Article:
Mitigating adverse impacts of forced evictions and supporting participatory governance: Case of Evictions around Empress Market, Karachi

This abstract has open access
Abstract Summary
Saddar Cantonment is the historic center of Karachi, possessing culturally rich and vibrant landscapes, where Empress Market (A British Colonial market from early 19th century) sets the backdrop for the small scale entrepreneurs who act as the living character of the environment. The area also acts as the transit hub for the city, as it connects the northern part of the city to the southern end, and a large number of people commute via Saddar Cantonment on a daily basis. Due to the concentration of transit passengers in the area, there are many small scale commercial and retail setups around Empress Market which operate informally, but add dynamism and rich character to the vicinity. Because of the informal nature of these setups, they regularly face evictions. One similar wave of evictions was initiated in September 2018, as a result of which the commercial and retail setups in and around the Empress Market were removed. This process drastically changed the nature of the Market, and impacted adversely on the living culture of Saddar Cantonment, making the small scale entrepreneurs enter survival mode. These evictions resulted in loss of social diversity and economic potential of the Market, and changed the character of the area overnight, and were resisted heavily by the local representatives of these entrepreneurs and the civil society. The central argument presented in this research is that this social and economic loss could have been avoided if the evictees were better informed and prepared. The central stance is that the government should have had a consultative and participatory approach, where alternate places for relocation should have been allocated to the small scale entrepreneurs before eviction and the option of vacating the area voluntarily should have been explored. This would have also leaded to similar results, but in a more amicable manner. The nature of urban resilience in these circumstances would have drastically changed. The paper uses a case based approach, where the evictions around the Empress Market have been taken as a case and information is gathered through qualitative interviews of people evicted, regular visitors to the market, civil society representatives and members of community based organizations.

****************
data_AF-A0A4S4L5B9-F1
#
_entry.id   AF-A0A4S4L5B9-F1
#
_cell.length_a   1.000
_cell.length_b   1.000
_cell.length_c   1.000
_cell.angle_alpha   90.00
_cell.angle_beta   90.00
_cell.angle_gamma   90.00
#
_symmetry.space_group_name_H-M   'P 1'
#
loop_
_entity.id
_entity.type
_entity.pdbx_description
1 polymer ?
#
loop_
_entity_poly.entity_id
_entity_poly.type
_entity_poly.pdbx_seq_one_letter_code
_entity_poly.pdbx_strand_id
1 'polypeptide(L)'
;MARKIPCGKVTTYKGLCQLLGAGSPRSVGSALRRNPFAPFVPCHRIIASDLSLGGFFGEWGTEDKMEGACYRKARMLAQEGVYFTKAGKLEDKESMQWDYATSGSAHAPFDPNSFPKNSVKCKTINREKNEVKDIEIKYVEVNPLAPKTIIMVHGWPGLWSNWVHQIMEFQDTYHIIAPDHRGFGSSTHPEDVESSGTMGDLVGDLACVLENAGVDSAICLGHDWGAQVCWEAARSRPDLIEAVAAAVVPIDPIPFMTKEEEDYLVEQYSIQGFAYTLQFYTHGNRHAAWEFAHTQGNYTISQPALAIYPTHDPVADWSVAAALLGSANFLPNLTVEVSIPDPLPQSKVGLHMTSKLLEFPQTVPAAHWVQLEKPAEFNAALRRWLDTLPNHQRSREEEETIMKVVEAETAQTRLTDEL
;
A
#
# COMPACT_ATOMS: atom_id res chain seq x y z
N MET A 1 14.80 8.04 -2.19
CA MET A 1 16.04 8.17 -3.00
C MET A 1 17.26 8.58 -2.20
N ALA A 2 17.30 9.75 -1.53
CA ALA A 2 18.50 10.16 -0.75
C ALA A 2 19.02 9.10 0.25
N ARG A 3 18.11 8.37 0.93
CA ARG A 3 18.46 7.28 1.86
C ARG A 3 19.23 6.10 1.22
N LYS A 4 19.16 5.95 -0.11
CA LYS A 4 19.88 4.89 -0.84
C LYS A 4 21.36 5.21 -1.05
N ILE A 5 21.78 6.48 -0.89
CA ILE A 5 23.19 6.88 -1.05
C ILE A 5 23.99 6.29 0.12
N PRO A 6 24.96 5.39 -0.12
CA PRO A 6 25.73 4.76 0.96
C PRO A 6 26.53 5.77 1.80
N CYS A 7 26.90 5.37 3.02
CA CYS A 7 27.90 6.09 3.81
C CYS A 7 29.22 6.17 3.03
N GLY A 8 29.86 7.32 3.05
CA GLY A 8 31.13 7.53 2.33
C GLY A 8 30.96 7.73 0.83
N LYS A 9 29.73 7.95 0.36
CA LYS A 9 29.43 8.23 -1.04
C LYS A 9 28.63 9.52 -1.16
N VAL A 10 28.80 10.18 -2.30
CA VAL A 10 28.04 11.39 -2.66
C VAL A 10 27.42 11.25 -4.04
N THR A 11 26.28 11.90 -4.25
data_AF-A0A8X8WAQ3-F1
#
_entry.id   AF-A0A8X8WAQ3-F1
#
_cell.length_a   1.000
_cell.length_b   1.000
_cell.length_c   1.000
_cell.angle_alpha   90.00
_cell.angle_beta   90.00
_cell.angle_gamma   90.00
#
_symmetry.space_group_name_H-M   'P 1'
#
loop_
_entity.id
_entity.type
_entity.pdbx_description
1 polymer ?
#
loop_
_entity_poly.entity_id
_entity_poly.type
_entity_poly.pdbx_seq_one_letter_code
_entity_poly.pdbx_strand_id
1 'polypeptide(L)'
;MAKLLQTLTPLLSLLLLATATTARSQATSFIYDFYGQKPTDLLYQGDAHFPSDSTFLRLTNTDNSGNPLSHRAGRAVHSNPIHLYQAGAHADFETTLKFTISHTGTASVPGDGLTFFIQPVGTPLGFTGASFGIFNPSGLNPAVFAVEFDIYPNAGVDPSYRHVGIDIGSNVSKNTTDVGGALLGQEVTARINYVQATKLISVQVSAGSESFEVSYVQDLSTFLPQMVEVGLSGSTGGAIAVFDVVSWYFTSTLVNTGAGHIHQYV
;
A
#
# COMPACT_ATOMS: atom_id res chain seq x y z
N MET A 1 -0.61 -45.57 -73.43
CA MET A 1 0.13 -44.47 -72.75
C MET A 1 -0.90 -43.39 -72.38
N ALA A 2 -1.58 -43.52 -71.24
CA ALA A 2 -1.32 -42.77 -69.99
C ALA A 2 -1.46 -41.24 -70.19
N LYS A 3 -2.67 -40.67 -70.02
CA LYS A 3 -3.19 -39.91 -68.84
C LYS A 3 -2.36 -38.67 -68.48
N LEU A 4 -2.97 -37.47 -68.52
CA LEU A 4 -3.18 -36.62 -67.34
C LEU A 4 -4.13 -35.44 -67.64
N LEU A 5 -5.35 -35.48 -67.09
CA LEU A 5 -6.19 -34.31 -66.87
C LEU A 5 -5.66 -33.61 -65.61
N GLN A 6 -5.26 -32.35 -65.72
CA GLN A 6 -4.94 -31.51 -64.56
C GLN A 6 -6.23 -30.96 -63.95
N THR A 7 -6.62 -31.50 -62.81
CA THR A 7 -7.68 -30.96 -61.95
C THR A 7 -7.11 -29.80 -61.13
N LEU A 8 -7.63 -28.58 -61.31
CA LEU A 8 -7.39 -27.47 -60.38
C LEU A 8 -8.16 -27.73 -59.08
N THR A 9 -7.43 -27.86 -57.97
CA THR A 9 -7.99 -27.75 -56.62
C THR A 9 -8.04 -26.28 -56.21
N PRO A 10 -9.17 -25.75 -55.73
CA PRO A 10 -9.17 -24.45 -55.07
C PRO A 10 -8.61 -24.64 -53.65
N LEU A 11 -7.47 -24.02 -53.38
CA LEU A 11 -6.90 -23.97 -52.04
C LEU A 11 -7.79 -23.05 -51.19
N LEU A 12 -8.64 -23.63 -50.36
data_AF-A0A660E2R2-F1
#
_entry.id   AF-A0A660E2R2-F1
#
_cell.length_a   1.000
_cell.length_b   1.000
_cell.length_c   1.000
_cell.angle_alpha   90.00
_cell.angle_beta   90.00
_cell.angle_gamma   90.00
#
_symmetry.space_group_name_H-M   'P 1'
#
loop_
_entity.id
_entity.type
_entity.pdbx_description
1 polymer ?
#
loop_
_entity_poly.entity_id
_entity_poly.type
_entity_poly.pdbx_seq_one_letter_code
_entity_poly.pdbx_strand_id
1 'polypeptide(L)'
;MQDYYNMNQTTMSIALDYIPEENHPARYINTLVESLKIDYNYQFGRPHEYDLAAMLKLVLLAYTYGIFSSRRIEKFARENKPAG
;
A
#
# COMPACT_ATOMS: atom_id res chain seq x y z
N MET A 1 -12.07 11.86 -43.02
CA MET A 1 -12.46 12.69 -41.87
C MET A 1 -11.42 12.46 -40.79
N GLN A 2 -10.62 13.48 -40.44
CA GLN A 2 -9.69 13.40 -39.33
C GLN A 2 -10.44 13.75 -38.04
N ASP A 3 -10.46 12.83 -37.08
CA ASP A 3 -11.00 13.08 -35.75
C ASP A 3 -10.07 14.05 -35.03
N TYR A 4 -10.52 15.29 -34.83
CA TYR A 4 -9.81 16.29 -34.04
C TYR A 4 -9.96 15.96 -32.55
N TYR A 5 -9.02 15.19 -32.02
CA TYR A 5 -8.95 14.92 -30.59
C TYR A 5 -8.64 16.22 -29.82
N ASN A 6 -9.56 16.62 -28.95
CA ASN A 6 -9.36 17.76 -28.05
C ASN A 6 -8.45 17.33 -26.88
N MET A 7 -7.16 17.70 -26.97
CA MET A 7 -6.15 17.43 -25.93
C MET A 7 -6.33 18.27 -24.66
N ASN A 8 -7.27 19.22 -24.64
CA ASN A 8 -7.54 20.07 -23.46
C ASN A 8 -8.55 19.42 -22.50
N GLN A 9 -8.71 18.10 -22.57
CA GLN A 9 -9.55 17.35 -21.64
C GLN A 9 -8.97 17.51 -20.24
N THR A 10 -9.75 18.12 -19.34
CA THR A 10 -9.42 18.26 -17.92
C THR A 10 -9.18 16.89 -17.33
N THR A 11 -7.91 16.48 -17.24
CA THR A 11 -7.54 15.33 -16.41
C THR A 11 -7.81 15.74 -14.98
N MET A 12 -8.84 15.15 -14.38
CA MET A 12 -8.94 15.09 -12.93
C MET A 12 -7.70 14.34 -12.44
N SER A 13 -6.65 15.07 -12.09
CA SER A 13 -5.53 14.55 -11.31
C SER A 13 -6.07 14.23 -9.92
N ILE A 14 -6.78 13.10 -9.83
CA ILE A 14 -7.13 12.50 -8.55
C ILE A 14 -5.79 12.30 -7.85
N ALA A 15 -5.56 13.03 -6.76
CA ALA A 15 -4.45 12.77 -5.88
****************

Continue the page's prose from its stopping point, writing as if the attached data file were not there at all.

Abstract ID :
ISO148
Submission Type
Lecturer
,
NED University of Engineering and Technology

Similar Abstracts by Type

Abstract ID
Abstract Title
Abstract Topic
Submission Type
Primary Author
ISO540
1: Limitless cities and urban futures: planning for scale
Paper
Wala Bashari
ISO247
4: Knowledge economies and identity: planning for culture
Paper
han zou
ISO183
1: Limitless cities and urban futures: planning for scale
Paper
Kangwei Tu
ISO118
2: Beside the megacity and the role of other cities and areas: planning for balance
Paper
Sunny Bansal
ISO398
2: Beside the megacity and the role of other cities and areas: planning for balance
Paper
Asher Yang
ISO473
5: Smart futures and sustainability: planning for innovation
Paper
Swechcha Roy
ISO80
5: Smart futures and sustainability: planning for innovation
Paper
Cynthia Goytia
ISO541
5: Smart futures and sustainability: planning for innovation
Paper
Hanna Obracht-Prondzyńska
ISO215
3: Liveable places and healthy cities: planning for people
Paper
Jingwei LI
35 hits